August 31, 2012
Monthly Archives: August 2012
August 23, 2012
There is a war going on; it is against women and it’s on a global scale. From the outrageous remarks on “legitimate rape” made by US Senate candidate Rep. Todd Akin (R-MO), to the arrest of the three feminist rockers of the band Pussy Riot in Russia accused of speaking out against Vladimir Putin, to the practice of defacing women with acid in Pakistan, Uganda, Bangladesh, Nepal, Cambodia and 15 other countries, to female genital mutilation, child brides, sex trafficking of young girls, and on and on it goes.
And now, Iran, a country not known for its stellar human rights records, has taken its hardline stance against women a step further. In an officially-approved act of sex-discrimination, Iran is barring female students from more than 70 university degree courses. According to Robert Tait of the UK Telegraph, the move “has prompted a demand for a UN investigation by Iran’s most celebrated human rights campaigner, the Nobel laureate Shirin Ebadi.” The Iranian government’s decision means that 36 universities will no longer allow female students to enroll in 77 BA and BSc courses in the coming academic year. These courses have been labeled as “single gender” and open exclusively to men.
Here’s a partial list of university degree programs from which women are barred: English literature, English translation, hotel management, archaeology, nuclear physics, computer science, electrical engineering, industrial engineering, business management, petroleum engineering, chemical engineering, mining engineering. The universities complicit with the Islamic Republic’s agenda claim that they are creating an even field, a balance between the sexes by restricting these fields to single-gender students as a large percentage of female college students were left unemployed after graduation.
Just two months ago I wrote a blog about higher education in Iran, and the rising number of Iranian women holding university degrees. In fact, women account for nearly 60 percent of the total enrollment at Iranian universities. Higher education and global awareness of social issues have freed Iranian women to embark on a life of singlehood to pursue careers, rent apartments, travel, and question their rights. Iran’s recent barring of women from more than 70 university degree courses is telling of the Iranian government’s agenda on suppressing women in the traditionally male-dominated society.
Iran, as noted in Tait’s article “has the highest ratio of female to male undergraduates in the world, according to UNESCO. Female students have become prominent in traditionally male-dominated courses like applied physics and some engineering disciplines. The relative decline in the male student population has been attributed to the desire of young Iranian men to “get rich quick” without going to university.” The radical steps taken by the Islamic regime and followed in lock step by the universities are to turn back the clock, return women to a domestic life and suppress their voice in the public arena. Whether the government bans women from a large portion of university degree programs, it does not mean that young Iranian men are going to flock to the universities and take the place of their female counterparts.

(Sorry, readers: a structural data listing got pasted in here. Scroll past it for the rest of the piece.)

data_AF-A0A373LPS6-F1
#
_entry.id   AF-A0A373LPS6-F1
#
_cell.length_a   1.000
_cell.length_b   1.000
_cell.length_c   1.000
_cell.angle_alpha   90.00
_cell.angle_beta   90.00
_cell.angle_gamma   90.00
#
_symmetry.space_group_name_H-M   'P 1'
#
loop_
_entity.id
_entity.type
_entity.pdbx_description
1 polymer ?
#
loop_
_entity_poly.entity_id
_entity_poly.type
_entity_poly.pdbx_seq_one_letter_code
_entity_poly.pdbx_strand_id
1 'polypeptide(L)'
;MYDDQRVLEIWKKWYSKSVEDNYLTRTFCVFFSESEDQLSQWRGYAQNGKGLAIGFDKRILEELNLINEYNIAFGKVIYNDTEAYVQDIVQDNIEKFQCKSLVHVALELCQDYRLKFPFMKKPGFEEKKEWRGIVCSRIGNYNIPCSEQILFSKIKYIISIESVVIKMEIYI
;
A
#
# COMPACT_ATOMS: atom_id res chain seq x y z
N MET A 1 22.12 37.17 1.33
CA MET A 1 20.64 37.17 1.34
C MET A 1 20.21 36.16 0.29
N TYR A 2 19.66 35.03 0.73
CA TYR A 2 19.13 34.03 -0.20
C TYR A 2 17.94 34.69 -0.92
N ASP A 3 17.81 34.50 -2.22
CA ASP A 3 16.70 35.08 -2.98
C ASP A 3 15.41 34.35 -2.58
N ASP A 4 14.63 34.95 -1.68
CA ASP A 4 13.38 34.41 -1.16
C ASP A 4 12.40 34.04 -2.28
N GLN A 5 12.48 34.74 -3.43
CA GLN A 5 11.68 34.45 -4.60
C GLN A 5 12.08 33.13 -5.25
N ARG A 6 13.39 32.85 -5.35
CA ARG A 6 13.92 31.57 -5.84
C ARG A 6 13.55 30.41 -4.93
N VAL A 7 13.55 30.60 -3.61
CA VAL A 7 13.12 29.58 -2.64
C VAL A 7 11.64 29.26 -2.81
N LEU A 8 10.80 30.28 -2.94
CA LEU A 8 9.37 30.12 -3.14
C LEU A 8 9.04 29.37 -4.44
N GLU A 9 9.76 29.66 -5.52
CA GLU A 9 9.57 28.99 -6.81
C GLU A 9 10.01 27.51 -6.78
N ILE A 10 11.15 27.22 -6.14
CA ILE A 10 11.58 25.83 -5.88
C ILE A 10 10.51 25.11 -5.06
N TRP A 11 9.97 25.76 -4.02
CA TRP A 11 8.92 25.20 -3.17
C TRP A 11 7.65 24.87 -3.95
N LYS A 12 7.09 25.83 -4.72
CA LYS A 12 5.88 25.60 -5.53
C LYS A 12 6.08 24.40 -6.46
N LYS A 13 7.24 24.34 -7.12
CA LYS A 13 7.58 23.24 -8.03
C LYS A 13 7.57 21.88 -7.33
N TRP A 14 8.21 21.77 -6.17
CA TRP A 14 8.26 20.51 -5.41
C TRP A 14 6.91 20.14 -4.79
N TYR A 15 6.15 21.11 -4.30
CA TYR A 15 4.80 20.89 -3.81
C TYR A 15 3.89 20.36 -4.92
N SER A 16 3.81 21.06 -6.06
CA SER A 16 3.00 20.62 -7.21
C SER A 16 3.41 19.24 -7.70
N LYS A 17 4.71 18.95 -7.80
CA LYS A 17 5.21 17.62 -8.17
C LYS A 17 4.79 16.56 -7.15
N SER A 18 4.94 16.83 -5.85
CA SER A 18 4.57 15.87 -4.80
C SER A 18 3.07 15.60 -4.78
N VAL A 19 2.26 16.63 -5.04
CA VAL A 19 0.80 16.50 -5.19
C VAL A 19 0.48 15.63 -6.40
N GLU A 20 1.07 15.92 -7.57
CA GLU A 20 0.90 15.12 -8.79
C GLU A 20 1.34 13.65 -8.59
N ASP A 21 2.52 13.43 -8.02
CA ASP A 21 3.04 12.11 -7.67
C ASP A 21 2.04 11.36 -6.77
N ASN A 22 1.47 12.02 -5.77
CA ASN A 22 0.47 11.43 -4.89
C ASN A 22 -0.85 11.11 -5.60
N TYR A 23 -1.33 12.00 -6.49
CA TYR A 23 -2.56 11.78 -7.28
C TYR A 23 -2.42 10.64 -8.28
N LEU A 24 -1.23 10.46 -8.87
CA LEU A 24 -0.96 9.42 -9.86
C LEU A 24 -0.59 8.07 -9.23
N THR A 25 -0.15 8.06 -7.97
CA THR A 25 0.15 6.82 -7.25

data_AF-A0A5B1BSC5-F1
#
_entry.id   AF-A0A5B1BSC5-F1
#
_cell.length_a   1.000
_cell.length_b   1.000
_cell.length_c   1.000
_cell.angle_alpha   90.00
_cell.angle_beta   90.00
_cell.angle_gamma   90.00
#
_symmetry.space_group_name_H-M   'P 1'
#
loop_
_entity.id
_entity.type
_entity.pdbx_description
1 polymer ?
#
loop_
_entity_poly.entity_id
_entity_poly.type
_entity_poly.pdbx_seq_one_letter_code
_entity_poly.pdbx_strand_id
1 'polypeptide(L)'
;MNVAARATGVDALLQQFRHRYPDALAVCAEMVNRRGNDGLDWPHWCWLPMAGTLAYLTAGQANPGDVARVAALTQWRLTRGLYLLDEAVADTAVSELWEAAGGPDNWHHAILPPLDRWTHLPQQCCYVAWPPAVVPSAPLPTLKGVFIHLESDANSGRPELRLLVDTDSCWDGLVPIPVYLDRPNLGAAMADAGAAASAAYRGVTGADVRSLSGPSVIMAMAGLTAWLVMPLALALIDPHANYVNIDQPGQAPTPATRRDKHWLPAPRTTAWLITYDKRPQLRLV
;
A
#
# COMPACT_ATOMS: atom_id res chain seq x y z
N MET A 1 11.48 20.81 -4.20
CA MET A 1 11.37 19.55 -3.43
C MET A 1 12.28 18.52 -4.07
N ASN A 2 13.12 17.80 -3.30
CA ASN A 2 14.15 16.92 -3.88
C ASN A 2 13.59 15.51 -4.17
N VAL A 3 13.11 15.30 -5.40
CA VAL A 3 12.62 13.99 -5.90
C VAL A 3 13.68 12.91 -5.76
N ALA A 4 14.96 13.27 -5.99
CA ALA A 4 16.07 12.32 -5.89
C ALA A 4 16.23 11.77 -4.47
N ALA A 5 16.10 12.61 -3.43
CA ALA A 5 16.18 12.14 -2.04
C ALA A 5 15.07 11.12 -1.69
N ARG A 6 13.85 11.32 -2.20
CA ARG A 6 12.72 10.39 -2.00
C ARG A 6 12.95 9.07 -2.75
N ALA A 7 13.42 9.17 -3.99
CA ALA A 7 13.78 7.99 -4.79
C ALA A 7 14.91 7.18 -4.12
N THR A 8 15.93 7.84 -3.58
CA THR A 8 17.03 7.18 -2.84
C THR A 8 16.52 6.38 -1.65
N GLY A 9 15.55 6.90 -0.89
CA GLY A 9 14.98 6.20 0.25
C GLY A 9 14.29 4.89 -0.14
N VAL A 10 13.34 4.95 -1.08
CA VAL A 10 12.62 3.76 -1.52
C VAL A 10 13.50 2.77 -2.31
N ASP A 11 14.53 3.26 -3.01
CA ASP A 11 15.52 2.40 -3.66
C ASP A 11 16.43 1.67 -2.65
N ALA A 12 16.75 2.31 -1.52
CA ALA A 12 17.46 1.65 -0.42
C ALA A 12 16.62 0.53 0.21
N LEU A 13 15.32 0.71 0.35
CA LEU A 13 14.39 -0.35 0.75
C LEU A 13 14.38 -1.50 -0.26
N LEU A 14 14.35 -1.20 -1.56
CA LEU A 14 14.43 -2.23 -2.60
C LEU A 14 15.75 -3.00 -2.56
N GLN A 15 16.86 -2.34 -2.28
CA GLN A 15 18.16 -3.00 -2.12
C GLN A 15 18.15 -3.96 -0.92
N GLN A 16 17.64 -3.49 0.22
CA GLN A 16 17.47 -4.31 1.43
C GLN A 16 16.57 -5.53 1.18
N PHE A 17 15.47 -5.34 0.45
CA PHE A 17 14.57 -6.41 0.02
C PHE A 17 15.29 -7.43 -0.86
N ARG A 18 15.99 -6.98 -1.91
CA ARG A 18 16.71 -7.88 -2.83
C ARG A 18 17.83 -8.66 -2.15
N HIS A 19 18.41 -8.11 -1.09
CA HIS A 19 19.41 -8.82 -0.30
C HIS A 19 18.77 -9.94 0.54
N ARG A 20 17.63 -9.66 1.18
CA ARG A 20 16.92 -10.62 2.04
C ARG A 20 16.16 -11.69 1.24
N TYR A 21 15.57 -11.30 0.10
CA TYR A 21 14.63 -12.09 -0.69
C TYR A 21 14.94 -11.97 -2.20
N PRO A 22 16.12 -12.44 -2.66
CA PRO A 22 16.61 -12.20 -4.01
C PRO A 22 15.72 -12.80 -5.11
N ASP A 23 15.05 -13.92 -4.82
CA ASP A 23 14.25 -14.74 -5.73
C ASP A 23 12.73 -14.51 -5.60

The attacks against women are attempts to silence their demands for equal rights. Like everything in life, we cannot take anything for granted. The struggle is not over.
Jasmin S. Kuehnert
President & CEO ACEI
August 16, 2012
The other night I read–well, actually just perused—Malinowski’s Kiriwina: Fieldwork Photography 1915-1918–an amazing book about the Polish-born father of modern cultural anthropology’s stay in Papua and the Trobiand Islands. He went to New Guinea and studied the inhabitants there with unprecedented rigor. I also listened to an Argentine pianist named Bruno Leonardo Gelber play Beethoven’s magnificent sonata #14, the Moonlight Sonata. Then I turned to French photographer Robert Doisneau, looking at images he took of Les Halles, the famous French outdoor marketplace that dated back to the 14th century, only to be torn down in 1971 by President Pompidou to build the much-reviled Centre Pompidou / Beaubourg. Some called it an oil refinery posing as a cultural center, and many Parisians lamented the loss of the famous market. It was torn down because some were saying that rats, disease, and vermin were thriving there because of unsanitary conditions. It always seemed to me to be vaguely conspiratorial and reminded me of what happened to Chavez Ravine, once a planned public housing community designed by Richard Neutra, only to be deemed a communist conspiracy by McCarthyites. The housing project’s main proponent, Frank Wilkinson—then Assistant Director of Housing Authority of the City of LA–was put on trial and sent to prison on trumped-up charges. It was the early 1950s. Bad timing. Red Scare. Better Dead than Red. Los Angeles got a new baseball team and the stadium instead of much needed public housing, designed by Richard Neutra at that.